There's been speculation that this isn't the ending Konami wanted for P.T., that Norman Reedus' face vanishing from the Silent Hills website was an indication that its contract with him had ended, and the decision to yank P.T. was out of the company's hands. Even if that's true, it feels like there are a billion other, far less nuclear ways Konami could've solved it: why not remove the sole cutscene that contains Reedus' image (an ending that less than 0.1% of players likely ever saw), or work with Reedus, who publicly mourned the game, to keep his image in? Nuking an influential piece of artwork from orbit hardly seems like the answer. It's a move that makes them look apathetic to the needs of their audience at best, and hostile at worst.

It doesn't hurt that even before its recent demise, P.T. was already one of the most mysterious, interesting games ever created. Everything about P.T., from the bizarre concept of a 'Playable Teaser', to the pseudonymous manner in which it was released under the '7780s Studio' moniker, to the way the internet came together (and continues to come together!) to solve its myriad riddles, would've been enough to make it historic on its own. Now, on top of all of that, it is rare. You couldn't have come up with a better ending if you tried.

Rest assured, there are loads of people catching up on this week's news who, before now, hadn't heard of P.T., and suddenly they are dying to play this game. And they can't — not easily, at least — and that's sad, but at least they're now aware of it. Even if they don't know exactly what it is, they've heard of it, vaguely, and now it'll remain in their memories forever; that mysterious, free PSN horror game that vanished in 2015. In a lot of ways, this is how urban legends get their start.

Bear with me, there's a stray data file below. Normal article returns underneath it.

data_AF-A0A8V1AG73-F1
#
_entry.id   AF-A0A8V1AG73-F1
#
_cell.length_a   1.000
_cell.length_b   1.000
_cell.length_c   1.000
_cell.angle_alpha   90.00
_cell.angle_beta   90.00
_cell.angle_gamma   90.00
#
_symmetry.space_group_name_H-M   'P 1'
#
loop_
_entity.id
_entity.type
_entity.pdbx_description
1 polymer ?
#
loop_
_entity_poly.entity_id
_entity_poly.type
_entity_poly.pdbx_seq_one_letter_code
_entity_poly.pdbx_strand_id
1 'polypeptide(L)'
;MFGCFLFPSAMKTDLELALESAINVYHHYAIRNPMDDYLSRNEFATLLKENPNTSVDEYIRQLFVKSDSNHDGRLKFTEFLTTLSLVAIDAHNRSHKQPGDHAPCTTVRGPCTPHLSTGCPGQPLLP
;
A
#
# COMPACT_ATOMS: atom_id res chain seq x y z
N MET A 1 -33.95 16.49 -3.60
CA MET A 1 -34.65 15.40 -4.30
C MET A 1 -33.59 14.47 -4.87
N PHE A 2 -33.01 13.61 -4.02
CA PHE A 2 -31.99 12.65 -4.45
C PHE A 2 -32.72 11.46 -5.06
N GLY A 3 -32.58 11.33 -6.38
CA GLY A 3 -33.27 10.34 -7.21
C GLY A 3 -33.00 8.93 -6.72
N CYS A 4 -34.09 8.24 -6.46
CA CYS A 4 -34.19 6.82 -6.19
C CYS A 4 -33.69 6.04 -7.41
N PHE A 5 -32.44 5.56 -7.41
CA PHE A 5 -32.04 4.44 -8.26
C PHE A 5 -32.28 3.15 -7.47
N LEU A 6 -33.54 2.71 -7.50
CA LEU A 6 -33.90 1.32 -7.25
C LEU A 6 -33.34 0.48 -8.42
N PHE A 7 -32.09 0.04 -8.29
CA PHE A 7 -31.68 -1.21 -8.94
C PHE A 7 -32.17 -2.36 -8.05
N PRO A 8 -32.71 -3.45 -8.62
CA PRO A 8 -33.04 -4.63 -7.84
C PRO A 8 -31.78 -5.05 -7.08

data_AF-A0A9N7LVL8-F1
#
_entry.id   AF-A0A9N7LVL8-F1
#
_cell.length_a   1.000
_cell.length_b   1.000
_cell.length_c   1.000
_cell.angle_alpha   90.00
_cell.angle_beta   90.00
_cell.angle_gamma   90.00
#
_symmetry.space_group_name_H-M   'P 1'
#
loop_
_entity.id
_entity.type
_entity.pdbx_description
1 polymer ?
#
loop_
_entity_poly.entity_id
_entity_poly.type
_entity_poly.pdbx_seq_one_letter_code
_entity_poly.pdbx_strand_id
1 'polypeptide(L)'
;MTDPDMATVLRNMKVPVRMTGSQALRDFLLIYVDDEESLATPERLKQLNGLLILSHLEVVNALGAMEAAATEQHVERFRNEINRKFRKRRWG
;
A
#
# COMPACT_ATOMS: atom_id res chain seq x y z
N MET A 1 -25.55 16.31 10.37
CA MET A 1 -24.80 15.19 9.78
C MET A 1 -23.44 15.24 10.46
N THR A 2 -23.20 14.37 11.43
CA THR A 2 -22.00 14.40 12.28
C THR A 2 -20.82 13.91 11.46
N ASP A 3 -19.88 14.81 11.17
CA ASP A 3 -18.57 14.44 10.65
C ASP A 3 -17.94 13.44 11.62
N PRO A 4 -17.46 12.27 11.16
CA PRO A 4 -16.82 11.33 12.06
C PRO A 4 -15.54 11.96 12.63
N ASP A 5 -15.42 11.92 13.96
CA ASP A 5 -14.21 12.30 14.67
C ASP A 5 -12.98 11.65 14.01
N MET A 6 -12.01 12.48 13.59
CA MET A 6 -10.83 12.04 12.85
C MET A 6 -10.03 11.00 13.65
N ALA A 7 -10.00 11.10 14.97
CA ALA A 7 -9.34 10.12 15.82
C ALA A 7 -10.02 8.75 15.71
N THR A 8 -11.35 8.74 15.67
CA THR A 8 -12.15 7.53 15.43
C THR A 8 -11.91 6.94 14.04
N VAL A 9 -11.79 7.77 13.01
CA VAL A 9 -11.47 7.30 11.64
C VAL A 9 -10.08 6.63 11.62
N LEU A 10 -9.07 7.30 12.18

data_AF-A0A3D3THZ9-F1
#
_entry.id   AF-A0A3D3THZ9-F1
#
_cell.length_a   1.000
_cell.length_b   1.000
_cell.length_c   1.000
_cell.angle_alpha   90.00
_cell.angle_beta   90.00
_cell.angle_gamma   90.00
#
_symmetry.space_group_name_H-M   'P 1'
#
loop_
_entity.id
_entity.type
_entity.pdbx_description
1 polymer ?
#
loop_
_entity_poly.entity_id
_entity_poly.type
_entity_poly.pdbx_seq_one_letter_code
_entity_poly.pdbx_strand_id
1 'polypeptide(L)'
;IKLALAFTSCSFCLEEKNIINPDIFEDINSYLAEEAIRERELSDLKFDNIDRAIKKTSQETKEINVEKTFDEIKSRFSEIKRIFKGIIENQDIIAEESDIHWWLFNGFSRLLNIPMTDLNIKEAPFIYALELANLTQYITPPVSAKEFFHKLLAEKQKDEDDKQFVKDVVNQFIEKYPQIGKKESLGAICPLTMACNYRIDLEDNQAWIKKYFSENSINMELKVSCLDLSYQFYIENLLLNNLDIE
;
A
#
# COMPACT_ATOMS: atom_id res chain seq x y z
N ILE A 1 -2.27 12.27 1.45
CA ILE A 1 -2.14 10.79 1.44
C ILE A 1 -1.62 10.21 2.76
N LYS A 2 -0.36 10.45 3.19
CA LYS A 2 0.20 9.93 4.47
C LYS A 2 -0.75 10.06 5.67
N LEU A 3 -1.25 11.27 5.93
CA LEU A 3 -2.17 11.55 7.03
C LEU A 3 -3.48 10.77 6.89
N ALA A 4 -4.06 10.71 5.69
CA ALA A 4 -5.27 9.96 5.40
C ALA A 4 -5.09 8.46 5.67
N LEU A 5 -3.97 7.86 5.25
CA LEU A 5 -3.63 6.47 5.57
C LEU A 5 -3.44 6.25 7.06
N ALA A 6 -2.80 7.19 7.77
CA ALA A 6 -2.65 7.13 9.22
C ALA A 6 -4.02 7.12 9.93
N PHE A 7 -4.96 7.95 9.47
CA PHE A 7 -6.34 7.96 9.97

As a matter of fact, the P.T. apocrypha has already begun — just yesterday, a post with over 1,000 notes began circulating on Tumblr warning that this December, every single existing copy of P.T. would immediately stop working, never to be playable again.

PT tumblr post

Ultimately, this rumor turned out to be false: it began with a tweet of the image seen above from Minecraft composer C418, who noticed the "REMAINING TIME: 220 DAYS" timer listed on his copy of the game. He later retracted his tweet, explaining that P.T. was a PlayStation Plus exclusive in Germany, so the date listed on that screen was just his personal PS Plus renewal date. By then, though, the damage had been done: a cursory Twitter search for "PT December" shows countless people who are now convinced that the game will be disappearing from their PS4s come this holiday season.

This, I'm convinced, is just the beginning of what I hope will become a vibrant tradition of P.T. misinformation spreading through the internet. My friend Anthony Carboni put it best:

See, what makes spooky gaming myths so chilling is that they're all unverifiable: Polybius is scary because, according to the myth, it only came to a handful of arcades; the Jvk1166z.esp creepypasta is scary because it's a Morrowind mod that never actually existed. This lack of availability allows us to suspend our disbelief and more easily buy into the fiction. Konami has inadvertently granted P.T. some of that same scarcity, and in so doing has made one of the scariest games in years even creepier.

And look, even if it doesn't become our generation's Polybius the way I hope it does, P.T.'s 2014 birth and 2015 death are already two of the most significant events in gaming this century. In trying to demolish P.T., Konami has actually done the opposite: it has secured P.T.'s legacy as a monumental, scarce, cool-as-hell part of gaming history.